I’ve made the argument a couple times on this forum that phylogenetic signal does not tell us whether evolution occurred, since non evolutionary theories will also exhibit a phylogenetic signal. Since the phylogenetic signal cannot discriminate between competing theories, it is not support for evolution.

This is part 1 of my demonstration going over the approach. Part 2 can be found here:

I have written a script to demonstrate this fallacy. The basic idea is it generates datasets a couple different ways, one in line with evolution, and two non evolutionary ways. I then measure the phylogenetic signal in each dataset, and show the non evolutionary datasets actually exhibit stronger phylogenetic signal than the evolutionary dataset.

As a demonstration, here is a dataset generated from an evolutionary tree. The dataset is the leaves of the tree, and I’ve shown the entire tree. It’s a bit long, but this way you can see everything on your screen without scrolling sideways.

It is a very simplistic form of evolution, where each node in the tree represents the generation of a new gene, and no genes are ever lost. If you look closely at the graph, each node in the tree contains little colored boxes with numbers. You can think of each colored box as representing a gene. If two boxes share the same color/number they are the same gene. You can track how the genes accumulate as you trace down the growing tree to the leaves.

Each leaf in the tree you can think of representing a current day species, with its collection of genes picked up during the course of evolution. We cannot time travel backwards to look at the previous nodes in the tree, so we will need to infer these nodes. I will give an example of this inference after the tree picture below (you’ll need to click on the picture to see the full tree, and will need to download it to be able to zoom in on detail).

Alright, so now you’ve seen what is meant by evolving a tree with this script, and the kind of dataset it generates. If you look at the leaves of the tree, for instance the leaf with the numbers: “3, 5, 8, 13, 14, 18, 19, 21, 22, 23, 24, 26” is part of the dataset, but the parent node is not part of the dataset. Also, the leaf with the numbers “3, 4, 19” is part of the dataset. Altogether, there are 10 leaves in the dataset.

Now that we have the 10 leaf dataset, the question is how do we infer the tree? We cannot travel backwards in time to look at the older nodes, so we have to guess what the ancestors looked like. We will keep the simplistic assumption that genes are never lost, and try to determine what the tree will look like if genes constantly accumulated and were never lost. Here is an example of such a tree inferred froum our 10 leaf dataset (you need to click on the picture to see the full tree, and will need to download it to be able to zoom in on detail).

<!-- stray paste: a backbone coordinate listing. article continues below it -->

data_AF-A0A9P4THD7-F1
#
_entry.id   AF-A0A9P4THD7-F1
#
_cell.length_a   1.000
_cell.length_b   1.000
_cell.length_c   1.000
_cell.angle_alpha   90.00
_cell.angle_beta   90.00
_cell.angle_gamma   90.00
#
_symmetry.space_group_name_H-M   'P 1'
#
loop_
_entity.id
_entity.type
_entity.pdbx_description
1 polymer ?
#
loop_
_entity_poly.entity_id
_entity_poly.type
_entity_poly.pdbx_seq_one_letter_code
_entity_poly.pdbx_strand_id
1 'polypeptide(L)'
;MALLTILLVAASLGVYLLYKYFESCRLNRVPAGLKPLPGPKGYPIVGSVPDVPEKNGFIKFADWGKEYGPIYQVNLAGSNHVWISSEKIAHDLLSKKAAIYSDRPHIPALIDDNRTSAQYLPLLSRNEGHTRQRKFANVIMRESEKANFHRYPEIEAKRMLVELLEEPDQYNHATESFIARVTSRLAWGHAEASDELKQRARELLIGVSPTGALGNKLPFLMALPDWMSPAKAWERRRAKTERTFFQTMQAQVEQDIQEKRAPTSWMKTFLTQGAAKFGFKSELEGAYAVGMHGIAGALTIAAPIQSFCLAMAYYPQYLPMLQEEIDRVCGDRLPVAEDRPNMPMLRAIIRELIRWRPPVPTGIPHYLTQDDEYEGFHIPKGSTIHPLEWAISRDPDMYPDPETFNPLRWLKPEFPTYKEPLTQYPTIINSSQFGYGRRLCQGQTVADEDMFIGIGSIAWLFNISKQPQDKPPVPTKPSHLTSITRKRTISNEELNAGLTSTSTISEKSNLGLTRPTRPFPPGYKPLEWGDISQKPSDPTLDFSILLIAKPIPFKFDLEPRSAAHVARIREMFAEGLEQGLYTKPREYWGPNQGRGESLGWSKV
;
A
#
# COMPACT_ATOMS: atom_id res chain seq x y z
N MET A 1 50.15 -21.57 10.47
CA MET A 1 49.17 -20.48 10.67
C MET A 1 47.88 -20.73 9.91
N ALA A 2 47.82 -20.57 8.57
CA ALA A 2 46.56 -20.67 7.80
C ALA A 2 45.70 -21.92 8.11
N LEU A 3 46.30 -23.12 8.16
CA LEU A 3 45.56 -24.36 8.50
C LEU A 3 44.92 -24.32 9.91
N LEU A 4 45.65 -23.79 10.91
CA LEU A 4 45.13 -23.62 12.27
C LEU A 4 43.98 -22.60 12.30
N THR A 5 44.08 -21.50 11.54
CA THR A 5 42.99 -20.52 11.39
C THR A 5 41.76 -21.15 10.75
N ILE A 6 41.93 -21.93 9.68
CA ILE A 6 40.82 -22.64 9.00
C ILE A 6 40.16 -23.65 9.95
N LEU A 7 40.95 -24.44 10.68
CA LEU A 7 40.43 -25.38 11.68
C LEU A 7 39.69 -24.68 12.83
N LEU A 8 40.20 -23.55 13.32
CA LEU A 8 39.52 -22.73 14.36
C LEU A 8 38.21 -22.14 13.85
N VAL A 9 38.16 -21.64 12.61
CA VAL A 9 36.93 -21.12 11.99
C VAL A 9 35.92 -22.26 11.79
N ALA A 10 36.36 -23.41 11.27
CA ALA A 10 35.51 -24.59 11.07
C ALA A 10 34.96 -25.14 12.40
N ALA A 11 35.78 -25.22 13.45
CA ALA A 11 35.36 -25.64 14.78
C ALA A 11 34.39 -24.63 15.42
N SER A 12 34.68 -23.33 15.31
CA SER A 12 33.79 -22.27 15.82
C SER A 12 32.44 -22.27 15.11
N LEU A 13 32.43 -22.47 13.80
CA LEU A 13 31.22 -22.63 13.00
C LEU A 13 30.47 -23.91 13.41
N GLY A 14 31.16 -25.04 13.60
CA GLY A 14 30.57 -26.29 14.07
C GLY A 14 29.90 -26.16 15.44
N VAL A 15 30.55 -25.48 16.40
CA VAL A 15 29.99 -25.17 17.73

You’ll notice the tree is much shorter. This is because in the inferred tree nodes are only introduced for speciation events, i.e. branches in the tree. But in the actual evolutionary tree nodes are introduced whenever a new gene appears. If you imagine in your mind squishing the lines of single nodes in the evolutionary tree, you can see how you end up with the inferred tree. Thus, the inferred tree is a faithful, although compressed, reproduction of the evolutionary tree. It looks like our tree inference algorithm is dependable.

But, we cannot rest easy yet. There is a chance, although small, that the observed dataset of 10 leaves was generated by chance of giant leaps instead of through incremental evolution. This is our null hypothesis. To infer a tree, we want to reject the null hypothesis. How do we form and then reject this null hypothesis?

The null hypothesis is that our observed dataset was generated by a star shaped graph instead of a tree. You can see the null hypothesis next. You’ll note there is only one parent node, which contains the few genes common across our 10 leaf dataset.

Finally, our question is, how can we quantitatively reject the null hypothesis in favor of our tree hypothesis? Intutively, if our dataset contained a large number of genes in common, it is not a very big leap from the common pool of genes to each leaf. In which case, we cannot reject the null hypothesis in favor of the tree. We can think of this null hypothesis as a sort of creationist scenario, where a common kind forms the basis of evolution for all the species we see today. I.e. on the ark there was a hippopotamus/horse/cow predecessor, which quickly mutated into the diverse species we see today.

On the other hand, if there are few genes in common across the dataset, then the common kind hypothesis is highly improbable, and our dataset is more likely represented by a large number of small mutations.

To quantify the probability of these two scenarios, we take the gene delta between the parent and child node. For example, if the parent is “1, 2, 3” and the child is “1, 2, 3, 4, 5”, the delta is “4, 5”. The delta is two genes. We then exponentiate 2 to the power of this gene count. In this case, it is 2^2=4. For the entire graph, we sum all the exponentiated deltas to end up with a final score. This score represents the probability inversely, i.e. a very large score indicates a very small probability. Thus, the graph, either tree or star, with the smallest exponentiated delta score is the winning hypothesis. In the case of our example, the tree hypothesis turns out to be the winner.

So, hopefully this explanation clarifies how we infer a tree for a dataset, and how we measure whether the tree is a better fit for the dataset than the null hypothesis, i.e. the phylogenetic signal of the dataset.

Next installment we will measure the phylogenetic signal for datasets generated in a non evolutionary manner.